Meanwhile, there is a room for her daughters to play and Gephart, like a nurturing grandmother, has made a berry crisp for her, filled with nutrients like oats that help produce milk.

“It is my gift to the world, seeing these kids grow up has been just wonderful. I’m trying to make a difference, one baby at a time,” said Gephart, who also is a board-certified lactation consultant.

The cafe is held in space donated by Bridges, a prenatal clinic in Santa Rosa. But the two organizations are not affiliated. Gephart said Better Beginnings is nonreligious and operates on a small budget of about $10,000 a year, with donations supporting insurance and incidentals and to reimburse some doulas, although most wind up donating their time.

She’s hoping to encourage women who have benefited from the help to come back and provide peer support.

“In the old days, women would meet at the well,” Gephart said. “Everybody had to go to the well to get their water, The babies were tied on. Everyone would sit at the well and say, ‘How is your baby doing?’ There’s lots of that still going on now, but it’s underground.”

Lewis said she’s already made connections with other breastfeeding moms and hopes to do more.

“It was nice to have been a support to these women. I got a couple of phone numbers. One text messaged me and I was able to give her information that was given me, about drinking mother’s milk tea. It felt good just enccouraging her and being part of a community and support system during that time of struggle.”You can reach Staff Writer Meg McConahey at [email protected] com or 707-521-5204. On Twitter @ megmcconahey.

 

 

 

 

Last month, the American Medical Association published a Viewpoint in it’s Journal explaining recommendations for exercise during pregnancy. Here are some key points from the statement. Always check in with your health care provider for personalized recommendations for your pregnancy. 

1. It is safe to exercise throughout your entire pregnancy– The JAMA Viewpoint states that moderate-intensity aerobic and resistance exercise is not associated with an increased risk of preterm birth or low birth weight in women with uncomplicated, singleton pregnancies. The Viewpoint also clarifies that it is safe to start exercising for the first time while pregnant, even if you have been previously sedentary, and that exercise is safe for pregnant women with health issues including high blood pressure, gestational diabetes, or overweight/obesity. Research has found that it is safe to exercise right up to the end of your pregnancy.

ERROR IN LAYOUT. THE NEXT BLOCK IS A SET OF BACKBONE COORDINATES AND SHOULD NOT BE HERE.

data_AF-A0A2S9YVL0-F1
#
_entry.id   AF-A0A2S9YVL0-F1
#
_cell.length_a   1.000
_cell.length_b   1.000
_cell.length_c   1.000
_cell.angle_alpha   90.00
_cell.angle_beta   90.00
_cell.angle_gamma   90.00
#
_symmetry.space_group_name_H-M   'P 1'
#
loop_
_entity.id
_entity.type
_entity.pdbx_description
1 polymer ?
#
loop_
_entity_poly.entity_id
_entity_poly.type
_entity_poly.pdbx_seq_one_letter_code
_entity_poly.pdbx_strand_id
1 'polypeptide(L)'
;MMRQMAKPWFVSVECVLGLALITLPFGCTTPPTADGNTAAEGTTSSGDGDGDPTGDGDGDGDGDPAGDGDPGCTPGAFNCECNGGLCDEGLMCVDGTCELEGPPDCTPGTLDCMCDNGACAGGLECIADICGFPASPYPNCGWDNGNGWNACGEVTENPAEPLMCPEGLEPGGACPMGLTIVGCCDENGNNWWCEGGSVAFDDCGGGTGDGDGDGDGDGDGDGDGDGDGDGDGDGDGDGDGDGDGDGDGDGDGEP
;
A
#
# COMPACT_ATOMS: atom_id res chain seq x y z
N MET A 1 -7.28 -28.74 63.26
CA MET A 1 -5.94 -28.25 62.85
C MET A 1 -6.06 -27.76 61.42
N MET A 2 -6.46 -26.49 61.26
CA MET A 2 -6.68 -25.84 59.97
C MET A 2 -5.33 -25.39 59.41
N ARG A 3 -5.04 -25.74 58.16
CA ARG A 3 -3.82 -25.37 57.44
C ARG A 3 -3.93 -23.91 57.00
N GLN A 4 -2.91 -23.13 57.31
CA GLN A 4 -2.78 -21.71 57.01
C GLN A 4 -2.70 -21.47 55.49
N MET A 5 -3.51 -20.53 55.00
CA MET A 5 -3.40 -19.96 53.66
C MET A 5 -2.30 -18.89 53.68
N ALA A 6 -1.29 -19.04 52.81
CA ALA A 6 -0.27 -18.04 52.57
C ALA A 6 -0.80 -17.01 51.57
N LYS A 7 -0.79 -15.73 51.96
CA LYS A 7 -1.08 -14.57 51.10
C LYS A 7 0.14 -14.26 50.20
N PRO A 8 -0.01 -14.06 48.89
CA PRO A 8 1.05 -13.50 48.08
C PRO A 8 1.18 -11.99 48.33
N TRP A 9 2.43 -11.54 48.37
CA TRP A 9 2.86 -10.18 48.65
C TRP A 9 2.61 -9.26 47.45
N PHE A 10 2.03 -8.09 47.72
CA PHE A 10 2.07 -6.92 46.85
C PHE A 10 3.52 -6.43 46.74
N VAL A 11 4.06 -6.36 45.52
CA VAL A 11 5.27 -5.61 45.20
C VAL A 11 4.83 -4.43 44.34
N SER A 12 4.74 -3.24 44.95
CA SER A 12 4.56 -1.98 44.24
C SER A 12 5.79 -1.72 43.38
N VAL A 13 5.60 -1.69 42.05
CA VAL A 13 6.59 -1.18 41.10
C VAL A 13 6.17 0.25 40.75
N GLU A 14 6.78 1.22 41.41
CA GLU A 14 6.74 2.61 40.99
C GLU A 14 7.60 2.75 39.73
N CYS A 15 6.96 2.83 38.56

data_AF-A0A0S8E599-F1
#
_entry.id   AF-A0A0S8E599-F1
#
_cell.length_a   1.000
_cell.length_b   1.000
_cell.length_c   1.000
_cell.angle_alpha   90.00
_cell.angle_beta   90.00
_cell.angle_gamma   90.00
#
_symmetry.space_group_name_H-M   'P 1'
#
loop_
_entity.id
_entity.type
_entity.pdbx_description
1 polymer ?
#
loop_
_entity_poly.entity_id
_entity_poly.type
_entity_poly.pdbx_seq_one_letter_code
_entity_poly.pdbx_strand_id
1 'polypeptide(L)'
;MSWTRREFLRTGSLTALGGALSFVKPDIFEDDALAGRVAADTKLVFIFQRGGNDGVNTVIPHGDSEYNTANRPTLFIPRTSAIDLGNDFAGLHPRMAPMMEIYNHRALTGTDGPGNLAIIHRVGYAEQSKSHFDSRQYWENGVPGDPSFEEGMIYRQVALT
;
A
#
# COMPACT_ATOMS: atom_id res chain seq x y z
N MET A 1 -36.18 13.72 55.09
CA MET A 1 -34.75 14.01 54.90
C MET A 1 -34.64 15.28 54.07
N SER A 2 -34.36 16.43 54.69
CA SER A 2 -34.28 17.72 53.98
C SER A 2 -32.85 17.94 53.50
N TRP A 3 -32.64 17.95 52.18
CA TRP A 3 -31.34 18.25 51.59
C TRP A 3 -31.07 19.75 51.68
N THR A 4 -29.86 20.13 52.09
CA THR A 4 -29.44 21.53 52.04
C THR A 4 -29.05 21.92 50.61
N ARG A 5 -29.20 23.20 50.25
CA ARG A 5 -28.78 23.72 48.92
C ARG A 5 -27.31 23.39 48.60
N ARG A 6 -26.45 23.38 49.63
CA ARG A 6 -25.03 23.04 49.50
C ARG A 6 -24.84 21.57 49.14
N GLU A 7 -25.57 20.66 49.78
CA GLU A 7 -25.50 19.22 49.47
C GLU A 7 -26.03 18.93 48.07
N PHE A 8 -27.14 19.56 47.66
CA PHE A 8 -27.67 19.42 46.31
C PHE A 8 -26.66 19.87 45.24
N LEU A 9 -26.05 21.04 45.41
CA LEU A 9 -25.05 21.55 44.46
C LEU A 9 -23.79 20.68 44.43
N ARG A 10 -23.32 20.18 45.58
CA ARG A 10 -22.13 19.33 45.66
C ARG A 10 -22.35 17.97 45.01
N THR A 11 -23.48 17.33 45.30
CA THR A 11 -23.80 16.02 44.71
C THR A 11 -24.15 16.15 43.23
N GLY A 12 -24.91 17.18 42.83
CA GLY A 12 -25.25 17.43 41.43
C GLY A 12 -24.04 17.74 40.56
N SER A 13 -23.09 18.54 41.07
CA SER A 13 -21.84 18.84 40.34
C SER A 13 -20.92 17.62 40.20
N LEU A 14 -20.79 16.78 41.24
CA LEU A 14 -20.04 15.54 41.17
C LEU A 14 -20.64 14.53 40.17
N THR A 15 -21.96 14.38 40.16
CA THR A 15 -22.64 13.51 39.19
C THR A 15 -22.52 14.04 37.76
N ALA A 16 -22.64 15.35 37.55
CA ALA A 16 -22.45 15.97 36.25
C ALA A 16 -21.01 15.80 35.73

1. Exercise will help you prevent excess weight gain during your pregnancy– Gaining too much weight while you’re pregnant is common no matter what your pre-pregnancy weight was. Research shows that women who exercise during their pregnancy are less likely to gain more weight than is recommended. Not exceeding weight gain recommendations will help you maintain a healthy weight after your pregnancy.
Pre-Pregnancy BMI Recommended Weight Gain

During Pregnancy*

<18.5 28-40 pounds
18.5-24.9 25-35 pounds
25.0-29.9 15-25 pounds
>30.0 11-20 pounds

*Singleton. Recommendations vary for women carrying twins, etc.

  1. Exercise lowers health risks for your and your baby– Regular exercise during pregnancy lowers risk of gestational diabetes, preeclampsia, cesarean delivery, pain in the back and pelvic girdle, and urinary incontinence. Exercise also lowers risk of newborn macrosomia (large birth weight) which is linked to childhood obesity.
  1. During pregnancy you should exercise at moderate-intensity– Research has found that moderate-intensity aerobic and resistance exercise is both safe and powerfully beneficial during pregnancy, but what does moderate-intensity mean? Moderate-intensity means that you keep your heart rate between 60-80% of your maximum heart rate. To determine your maximum heart rate, subtract your age from 220.  If you don’t have a heart rate monitor, you can use the “talk-test” as an approximate for moderate intensity. If you can’t comfortably talk, you are working too hard. If you can sing, you may be at low-intensity and can pick up the pace a bit. Your goal is to be able to talk but not sing. Brisk walking, aerobic dance, stationary biking, swimming or water aerobics are examples of moderate intensity aerobic exercise. Avoid exercise that takes you above moderate-intensity heart rate, increases your risk for dehydration, or raises your body temperature, like long-distance running, hot yoga, or lifting heavy weights.
  1. You should aim for at least 150 minutes of moderate-intensity aerobic exercise each week– This breaks down to at least 20 to 30 minutes most days of the week. Try not to let two days in a row pass without engaging in aerobic exercise.  Studies have found it is safe to engage in moderate-intensity aerobic exercise for up to 90 minutes at a time while pregnant, but do make sure to keep yourself hydrated while you work out. It is also recommended to perform moderate-intensity resistance training two to three times per week.

Choose an exercise you enjoy and get started today. You and your baby will reap the benefits for years to come!

Lindsay Pasdera, MS RDN

1234